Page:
The death sentence given to financier Lai Xiaomin has sent shockwaves through China as Beijing signals a tough new lethal clampdown on top-level white-collar crime.
There was shock at the record amount of money a Communist Party cadre could siphon from public funds and surprise at the severity of the sentence handed down by the party’s disciplinary watchdog and courts, which are usually perceived as being lenient toward corrupt senior officials.
Lai, a former president of China Huarong Asset Management Co, Ltd, the largest such company of its kind in China, was found to have embezzled almost 1.8 billion yuan (US$260 million) during his 10-year stint at the company, which mainly deals with distressed debt and nonperforming loans from state-owned lenders.
Lai, a ministerial-level cadre, was labeled the “most corrupted official” and the “biggest tiger ever netted” in Chinese President Xi Jinping’s campaign to cleanse the party of corruption. Tens of thousands of senior officials and executives at big state-owned enterprises have fallen on corruption charges in recent years.
Xi’s critics say the anti-graft drive has sometimes served to purge political foes and wear down resistance to his rule. Yet it appears Lai could hardly profess his innocence after he was indicted by Tianjin’s Intermediate Procuratorate last September.
Investigators dispatched by the Central Commission for Discipline Inspection, the party’s graft-buster vested with wide-ranging powers, reputedly found heaps of cash and other valuables totaling nearly 1.8 billion yuan at his palatial villas and swish condos across Beijing, Shanghai as well as the southern tropical resort city of Sanya on Hainan island.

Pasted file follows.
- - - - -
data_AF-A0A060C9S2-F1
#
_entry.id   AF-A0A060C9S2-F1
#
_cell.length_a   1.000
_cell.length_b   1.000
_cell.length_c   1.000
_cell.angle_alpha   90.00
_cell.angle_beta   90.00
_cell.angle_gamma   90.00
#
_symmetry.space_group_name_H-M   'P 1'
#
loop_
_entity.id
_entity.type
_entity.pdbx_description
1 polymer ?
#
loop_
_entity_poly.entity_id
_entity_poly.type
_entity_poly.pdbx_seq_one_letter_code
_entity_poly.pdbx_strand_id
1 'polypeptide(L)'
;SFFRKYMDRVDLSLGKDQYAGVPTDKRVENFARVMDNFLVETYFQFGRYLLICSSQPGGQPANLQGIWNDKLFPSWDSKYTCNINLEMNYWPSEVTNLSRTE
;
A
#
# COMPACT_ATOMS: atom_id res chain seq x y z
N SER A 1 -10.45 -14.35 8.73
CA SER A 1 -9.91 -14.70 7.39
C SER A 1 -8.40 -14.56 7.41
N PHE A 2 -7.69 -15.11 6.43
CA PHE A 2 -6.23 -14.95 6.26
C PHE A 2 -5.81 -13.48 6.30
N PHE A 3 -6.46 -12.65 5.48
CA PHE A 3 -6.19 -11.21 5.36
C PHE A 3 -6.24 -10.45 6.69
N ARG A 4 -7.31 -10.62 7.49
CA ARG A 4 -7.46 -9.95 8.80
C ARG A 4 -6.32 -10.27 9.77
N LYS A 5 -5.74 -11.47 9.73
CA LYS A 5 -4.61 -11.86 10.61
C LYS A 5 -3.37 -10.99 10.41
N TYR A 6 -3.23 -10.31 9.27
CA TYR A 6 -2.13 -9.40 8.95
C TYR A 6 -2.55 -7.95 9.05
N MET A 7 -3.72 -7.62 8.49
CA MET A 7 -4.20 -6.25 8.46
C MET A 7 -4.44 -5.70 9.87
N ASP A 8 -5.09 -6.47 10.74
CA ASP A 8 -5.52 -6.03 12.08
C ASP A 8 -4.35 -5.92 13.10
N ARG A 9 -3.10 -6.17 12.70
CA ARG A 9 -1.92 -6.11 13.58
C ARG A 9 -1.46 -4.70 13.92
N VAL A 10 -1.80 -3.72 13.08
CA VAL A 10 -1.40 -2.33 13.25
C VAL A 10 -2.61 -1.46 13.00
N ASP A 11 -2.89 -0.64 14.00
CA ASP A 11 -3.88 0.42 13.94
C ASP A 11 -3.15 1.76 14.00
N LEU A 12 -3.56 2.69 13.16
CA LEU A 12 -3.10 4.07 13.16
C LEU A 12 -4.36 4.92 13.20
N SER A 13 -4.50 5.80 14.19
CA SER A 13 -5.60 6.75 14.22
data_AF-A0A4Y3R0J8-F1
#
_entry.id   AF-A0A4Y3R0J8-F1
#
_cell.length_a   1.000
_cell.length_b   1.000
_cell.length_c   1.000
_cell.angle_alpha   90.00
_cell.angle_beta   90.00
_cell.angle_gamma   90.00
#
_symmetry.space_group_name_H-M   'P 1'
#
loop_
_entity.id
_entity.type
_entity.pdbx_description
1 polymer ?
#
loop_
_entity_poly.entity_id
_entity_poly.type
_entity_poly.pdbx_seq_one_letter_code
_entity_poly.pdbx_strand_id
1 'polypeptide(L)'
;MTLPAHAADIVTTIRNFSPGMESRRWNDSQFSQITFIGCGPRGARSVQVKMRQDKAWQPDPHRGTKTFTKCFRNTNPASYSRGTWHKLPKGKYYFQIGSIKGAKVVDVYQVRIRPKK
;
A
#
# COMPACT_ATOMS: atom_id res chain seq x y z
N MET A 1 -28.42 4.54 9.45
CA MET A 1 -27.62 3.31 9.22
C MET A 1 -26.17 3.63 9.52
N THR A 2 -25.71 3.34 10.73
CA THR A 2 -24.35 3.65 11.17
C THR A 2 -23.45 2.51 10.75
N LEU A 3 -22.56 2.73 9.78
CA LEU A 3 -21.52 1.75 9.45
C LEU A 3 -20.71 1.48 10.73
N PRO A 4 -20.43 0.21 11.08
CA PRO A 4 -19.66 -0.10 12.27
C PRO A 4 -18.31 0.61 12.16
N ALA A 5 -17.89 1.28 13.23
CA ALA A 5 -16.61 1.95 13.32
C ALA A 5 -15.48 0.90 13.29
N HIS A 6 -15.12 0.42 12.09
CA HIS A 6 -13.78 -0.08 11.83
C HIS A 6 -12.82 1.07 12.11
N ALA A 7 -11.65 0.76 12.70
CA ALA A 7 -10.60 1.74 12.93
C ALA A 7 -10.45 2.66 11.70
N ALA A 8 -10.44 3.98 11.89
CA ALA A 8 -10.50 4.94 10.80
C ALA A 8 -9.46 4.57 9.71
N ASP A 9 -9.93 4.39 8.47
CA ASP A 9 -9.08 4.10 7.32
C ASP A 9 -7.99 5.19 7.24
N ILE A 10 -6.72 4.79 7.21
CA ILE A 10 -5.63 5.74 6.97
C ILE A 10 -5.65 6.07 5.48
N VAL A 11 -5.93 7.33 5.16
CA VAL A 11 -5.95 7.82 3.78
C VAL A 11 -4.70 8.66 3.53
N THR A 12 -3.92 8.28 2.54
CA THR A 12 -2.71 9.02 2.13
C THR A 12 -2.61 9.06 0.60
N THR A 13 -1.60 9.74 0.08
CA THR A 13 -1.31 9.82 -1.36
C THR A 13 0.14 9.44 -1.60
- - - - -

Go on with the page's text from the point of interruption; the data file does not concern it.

Lai was said to have misappropriated more public funds than all the officials that ran afoul of the party and state watchdogs since Communist China was founded in 1949.
Lai’s prosecutors revealed that when he was stripped of his post and detained to assist in the investigation in 2018, he was in the middle of transferring another 100 million yuan to private accounts said to be opened with Swiss banks as well as brokers in Hong Kong and Singapore.
Huarong is listed on the Hong Kong bourse and manages about 1 trillion yuan worth of assets.
Some of those who bribed Lai were the chiefs of small commercial banks who sought to curry favor with him so their bad loans could be sold to Huarong at a high price. Normally, non-performing loans are sold to asset management firms at a steep discount of their face value.
Before Lai, the corruption record was held by Zhang Zhongsheng, the deputy mayor of a poverty-stricken prefecture-level city in the central province of Shanxi. He amassed more than 1 billion yuan while the residents in his city were eking out a living with a meager per capita income of roughly 1,000 yuan a month.
Zhang was swiftly tried and executed. Until a 2015 reform, embezzlement involving large sums of money was categorized as a capital offense under China’s criminal law.